The recently-updated Blue Light Aware resource is at the centre of a two-week campaign for learner drivers and instructors. Blue Light Aware, developed by GEM in consultation with emergency services and Highways England, consists of 10 short videos that provide simple-to-follow advice on what to do and what not to do when making way for an emergency vehicle.
Covering most of the situations where confusion can occur, the 10 animations will be rolled out in a two-week social media campaign starting tomorrow (Tuesday 1 December). They can also be accessed, along with the main video, via the Blue Light Aware website.
GEM chief executive Neil Worth commented: “We launched this new version of Blue Light Aware at the beginning of September and were delighted the extent of its reach and the positive response we received.
“We know how important it is to maintain momentum for the resources and the key safety messages they contain. That’s why – in the coming days – we encourage as many driving instructors and learners as possible to take a look at them.
“We know that most people want to help a ‘blue light vehicle’ but that they can be taken by surprise and they don’t always understand what ‘doing the right thing’ is. We are confident that these videos will help learners become more confident because there will be less confusion in situations where an emergency vehicle needs their help. If confusion is reduced, then so is risk.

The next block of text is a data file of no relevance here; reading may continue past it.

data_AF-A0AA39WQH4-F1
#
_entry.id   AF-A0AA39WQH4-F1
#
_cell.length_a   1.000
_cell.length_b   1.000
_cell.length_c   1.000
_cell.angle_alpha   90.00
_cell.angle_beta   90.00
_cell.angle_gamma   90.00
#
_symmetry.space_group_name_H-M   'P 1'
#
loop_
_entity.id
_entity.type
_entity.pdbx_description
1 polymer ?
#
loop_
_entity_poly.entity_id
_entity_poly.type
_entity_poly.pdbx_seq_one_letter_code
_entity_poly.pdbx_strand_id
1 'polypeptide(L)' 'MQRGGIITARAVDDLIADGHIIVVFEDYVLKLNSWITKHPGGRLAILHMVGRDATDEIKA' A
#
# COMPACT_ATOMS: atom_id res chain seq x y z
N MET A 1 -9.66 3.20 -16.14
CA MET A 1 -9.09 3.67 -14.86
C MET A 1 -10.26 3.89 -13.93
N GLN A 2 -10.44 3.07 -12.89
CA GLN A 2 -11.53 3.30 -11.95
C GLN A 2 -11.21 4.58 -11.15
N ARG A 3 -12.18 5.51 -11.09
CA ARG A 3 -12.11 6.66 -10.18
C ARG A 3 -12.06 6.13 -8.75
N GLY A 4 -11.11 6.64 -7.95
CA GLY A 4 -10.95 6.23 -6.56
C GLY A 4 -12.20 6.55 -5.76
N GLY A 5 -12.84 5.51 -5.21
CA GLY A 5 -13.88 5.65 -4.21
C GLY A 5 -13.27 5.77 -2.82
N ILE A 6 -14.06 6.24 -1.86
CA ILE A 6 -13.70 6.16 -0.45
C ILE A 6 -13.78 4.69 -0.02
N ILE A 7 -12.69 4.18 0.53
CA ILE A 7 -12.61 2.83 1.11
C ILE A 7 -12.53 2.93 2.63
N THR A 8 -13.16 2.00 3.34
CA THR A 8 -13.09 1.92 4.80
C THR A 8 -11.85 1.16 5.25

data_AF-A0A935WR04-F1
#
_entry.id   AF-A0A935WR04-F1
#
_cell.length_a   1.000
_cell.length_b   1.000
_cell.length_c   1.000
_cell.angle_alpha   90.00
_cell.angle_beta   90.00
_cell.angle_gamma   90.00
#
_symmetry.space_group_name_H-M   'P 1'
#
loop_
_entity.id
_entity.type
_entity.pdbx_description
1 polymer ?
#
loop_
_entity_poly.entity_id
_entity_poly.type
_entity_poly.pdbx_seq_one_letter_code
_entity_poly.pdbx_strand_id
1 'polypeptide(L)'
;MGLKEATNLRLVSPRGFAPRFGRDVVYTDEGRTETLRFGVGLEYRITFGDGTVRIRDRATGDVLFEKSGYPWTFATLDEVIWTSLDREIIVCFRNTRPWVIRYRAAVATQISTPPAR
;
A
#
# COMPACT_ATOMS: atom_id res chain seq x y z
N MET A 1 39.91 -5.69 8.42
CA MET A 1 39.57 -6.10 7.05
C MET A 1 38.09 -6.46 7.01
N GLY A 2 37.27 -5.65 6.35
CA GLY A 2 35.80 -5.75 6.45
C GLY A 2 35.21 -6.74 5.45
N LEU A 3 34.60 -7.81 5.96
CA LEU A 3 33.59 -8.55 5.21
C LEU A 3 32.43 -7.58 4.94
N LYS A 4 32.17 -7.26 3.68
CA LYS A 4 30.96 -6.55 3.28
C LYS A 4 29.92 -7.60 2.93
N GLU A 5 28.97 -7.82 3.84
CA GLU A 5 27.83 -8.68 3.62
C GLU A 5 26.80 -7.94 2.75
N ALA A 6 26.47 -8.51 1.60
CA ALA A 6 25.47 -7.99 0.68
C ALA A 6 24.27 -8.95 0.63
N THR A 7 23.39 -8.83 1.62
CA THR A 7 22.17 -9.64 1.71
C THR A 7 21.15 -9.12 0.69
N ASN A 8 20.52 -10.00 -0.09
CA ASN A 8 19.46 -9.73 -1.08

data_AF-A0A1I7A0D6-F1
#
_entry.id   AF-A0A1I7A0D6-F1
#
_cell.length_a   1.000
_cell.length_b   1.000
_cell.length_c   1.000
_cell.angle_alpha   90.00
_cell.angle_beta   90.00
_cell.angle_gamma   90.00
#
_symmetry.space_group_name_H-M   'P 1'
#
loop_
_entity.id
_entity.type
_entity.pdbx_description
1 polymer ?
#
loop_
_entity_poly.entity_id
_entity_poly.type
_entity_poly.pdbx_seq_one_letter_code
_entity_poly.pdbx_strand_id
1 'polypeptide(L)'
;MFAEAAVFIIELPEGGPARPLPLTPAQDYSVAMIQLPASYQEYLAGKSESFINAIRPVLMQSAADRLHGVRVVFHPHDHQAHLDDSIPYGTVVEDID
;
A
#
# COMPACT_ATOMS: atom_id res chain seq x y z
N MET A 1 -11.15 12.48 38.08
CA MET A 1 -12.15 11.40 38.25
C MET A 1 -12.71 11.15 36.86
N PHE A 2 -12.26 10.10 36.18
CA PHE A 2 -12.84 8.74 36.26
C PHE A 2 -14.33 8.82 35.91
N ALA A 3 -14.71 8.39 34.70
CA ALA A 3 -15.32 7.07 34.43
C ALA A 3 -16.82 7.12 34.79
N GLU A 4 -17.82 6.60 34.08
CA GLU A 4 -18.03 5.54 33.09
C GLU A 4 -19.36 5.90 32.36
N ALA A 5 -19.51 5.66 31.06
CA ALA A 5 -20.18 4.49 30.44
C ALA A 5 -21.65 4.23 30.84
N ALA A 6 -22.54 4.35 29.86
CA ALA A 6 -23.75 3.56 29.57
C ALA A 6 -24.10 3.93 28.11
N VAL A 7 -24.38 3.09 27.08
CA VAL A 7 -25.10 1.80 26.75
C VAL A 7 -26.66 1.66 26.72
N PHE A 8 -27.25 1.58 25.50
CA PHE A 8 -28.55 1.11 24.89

“We invite instructors and learners to join the conversation using #bluelightaware and to share the messages far and wide.”
The short animations:
- Smart motorways
- Traffic lights
- Where to stop
- Motorway breakdowns
- Double white lines
- Vehicle in the carriageway
- Motorways and dual carriageways
- Rolling road blocks
- Leaving enough space
The main video:
- Four minutes long
- Includes information on where to stop, traffic lights, roundabouts and junctions, roads where overtaking is not allowed, motorways, smart motorways and dual carriageways
All videos and animations are available in English and Welsh.